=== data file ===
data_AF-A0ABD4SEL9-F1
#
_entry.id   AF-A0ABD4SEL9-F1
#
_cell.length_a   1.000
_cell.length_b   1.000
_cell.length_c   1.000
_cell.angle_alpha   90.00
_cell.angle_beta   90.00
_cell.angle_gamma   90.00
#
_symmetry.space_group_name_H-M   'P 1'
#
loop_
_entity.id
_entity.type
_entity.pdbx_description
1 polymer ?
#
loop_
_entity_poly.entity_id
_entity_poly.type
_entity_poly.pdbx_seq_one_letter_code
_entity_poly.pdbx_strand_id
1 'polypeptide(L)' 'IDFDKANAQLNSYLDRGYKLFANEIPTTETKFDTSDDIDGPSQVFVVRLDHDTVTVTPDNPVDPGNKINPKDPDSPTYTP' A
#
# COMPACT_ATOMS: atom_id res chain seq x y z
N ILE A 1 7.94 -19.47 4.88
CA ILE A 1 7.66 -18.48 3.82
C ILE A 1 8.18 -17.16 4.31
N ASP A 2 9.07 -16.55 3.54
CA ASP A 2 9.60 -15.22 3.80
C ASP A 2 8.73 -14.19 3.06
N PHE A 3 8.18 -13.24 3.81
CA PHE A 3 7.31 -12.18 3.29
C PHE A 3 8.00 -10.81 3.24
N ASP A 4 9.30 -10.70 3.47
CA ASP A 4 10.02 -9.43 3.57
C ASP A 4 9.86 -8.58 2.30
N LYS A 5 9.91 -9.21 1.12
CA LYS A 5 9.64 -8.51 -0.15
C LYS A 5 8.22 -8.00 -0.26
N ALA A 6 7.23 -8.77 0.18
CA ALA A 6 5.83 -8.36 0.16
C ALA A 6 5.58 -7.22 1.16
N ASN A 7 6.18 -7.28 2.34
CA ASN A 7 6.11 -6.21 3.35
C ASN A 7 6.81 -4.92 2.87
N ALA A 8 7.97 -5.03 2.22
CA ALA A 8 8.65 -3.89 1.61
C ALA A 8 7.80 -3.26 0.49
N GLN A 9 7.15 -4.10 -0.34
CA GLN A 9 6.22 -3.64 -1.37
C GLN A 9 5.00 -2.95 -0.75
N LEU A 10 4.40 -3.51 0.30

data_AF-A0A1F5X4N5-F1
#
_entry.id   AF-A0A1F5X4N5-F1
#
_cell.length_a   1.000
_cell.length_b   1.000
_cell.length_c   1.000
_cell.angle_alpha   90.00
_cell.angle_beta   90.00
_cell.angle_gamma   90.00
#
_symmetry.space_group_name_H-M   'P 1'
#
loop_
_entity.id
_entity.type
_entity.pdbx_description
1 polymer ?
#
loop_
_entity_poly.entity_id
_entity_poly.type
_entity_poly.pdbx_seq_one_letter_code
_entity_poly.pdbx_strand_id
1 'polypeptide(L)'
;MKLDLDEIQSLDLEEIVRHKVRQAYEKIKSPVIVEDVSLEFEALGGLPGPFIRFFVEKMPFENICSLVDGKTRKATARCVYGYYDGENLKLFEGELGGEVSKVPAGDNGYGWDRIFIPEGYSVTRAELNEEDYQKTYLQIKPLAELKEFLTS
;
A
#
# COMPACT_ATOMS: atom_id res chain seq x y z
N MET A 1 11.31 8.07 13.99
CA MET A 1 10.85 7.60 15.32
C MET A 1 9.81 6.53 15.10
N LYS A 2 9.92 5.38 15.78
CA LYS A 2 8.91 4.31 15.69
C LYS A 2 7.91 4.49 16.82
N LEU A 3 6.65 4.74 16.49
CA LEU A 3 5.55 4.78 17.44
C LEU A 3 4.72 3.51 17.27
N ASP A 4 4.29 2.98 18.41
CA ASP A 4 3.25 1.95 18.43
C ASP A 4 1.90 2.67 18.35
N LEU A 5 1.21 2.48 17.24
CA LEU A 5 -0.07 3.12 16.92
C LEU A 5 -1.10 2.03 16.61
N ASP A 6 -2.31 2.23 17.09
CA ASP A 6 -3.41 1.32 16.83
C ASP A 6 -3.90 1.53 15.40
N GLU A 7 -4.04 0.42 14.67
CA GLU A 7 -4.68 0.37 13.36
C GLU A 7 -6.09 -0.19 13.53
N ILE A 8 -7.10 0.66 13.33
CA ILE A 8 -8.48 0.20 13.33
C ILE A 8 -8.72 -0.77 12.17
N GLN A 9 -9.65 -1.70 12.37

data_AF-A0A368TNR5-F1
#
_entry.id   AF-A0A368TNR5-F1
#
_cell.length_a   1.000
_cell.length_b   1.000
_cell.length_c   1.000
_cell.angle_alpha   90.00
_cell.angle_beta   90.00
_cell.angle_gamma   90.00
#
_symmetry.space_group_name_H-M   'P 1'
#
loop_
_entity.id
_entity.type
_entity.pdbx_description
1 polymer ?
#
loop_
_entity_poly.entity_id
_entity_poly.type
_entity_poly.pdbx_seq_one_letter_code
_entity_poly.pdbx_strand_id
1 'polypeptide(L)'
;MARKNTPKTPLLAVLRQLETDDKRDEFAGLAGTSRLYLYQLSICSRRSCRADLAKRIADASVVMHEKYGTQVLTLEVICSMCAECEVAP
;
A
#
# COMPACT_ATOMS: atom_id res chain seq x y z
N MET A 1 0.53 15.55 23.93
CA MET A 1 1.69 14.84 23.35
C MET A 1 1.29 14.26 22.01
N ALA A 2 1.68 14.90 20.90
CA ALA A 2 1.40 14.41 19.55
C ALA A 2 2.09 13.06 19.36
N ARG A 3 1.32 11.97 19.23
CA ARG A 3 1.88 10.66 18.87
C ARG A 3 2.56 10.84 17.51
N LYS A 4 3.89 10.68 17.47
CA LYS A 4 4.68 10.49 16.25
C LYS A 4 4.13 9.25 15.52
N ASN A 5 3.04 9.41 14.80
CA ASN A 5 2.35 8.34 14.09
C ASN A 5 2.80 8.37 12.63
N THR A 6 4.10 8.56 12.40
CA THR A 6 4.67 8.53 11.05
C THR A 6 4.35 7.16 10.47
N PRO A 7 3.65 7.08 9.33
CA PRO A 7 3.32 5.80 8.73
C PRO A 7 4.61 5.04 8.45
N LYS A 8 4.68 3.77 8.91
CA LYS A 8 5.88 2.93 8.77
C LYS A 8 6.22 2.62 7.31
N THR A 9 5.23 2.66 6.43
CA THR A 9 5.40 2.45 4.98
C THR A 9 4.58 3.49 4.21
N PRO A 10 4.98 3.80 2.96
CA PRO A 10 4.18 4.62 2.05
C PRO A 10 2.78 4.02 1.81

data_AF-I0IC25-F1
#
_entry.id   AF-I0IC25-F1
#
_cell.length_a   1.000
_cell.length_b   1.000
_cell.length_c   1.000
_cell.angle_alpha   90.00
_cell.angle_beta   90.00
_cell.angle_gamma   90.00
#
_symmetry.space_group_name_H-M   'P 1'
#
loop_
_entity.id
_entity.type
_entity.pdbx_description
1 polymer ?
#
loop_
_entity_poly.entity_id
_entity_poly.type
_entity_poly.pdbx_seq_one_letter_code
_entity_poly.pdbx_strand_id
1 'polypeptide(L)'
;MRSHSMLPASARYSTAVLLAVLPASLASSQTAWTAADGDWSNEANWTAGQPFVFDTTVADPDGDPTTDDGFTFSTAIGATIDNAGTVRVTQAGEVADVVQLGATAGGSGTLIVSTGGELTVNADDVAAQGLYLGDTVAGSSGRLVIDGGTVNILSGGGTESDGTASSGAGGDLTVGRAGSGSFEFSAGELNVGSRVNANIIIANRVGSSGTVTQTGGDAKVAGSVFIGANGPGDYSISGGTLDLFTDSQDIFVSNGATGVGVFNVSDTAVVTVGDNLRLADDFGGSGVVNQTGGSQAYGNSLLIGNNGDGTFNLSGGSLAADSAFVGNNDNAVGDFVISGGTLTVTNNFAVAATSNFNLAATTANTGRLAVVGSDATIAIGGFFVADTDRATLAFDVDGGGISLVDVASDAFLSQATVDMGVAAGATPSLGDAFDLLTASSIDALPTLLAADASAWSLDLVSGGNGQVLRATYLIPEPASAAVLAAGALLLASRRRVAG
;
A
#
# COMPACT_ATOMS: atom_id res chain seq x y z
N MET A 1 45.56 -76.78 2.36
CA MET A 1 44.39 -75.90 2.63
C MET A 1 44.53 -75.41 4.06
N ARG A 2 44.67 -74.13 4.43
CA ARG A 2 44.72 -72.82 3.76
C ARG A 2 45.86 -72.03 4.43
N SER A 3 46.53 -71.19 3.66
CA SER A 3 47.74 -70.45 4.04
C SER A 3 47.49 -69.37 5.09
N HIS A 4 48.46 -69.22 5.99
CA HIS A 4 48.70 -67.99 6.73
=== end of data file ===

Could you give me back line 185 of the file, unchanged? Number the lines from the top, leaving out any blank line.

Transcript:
_entity.id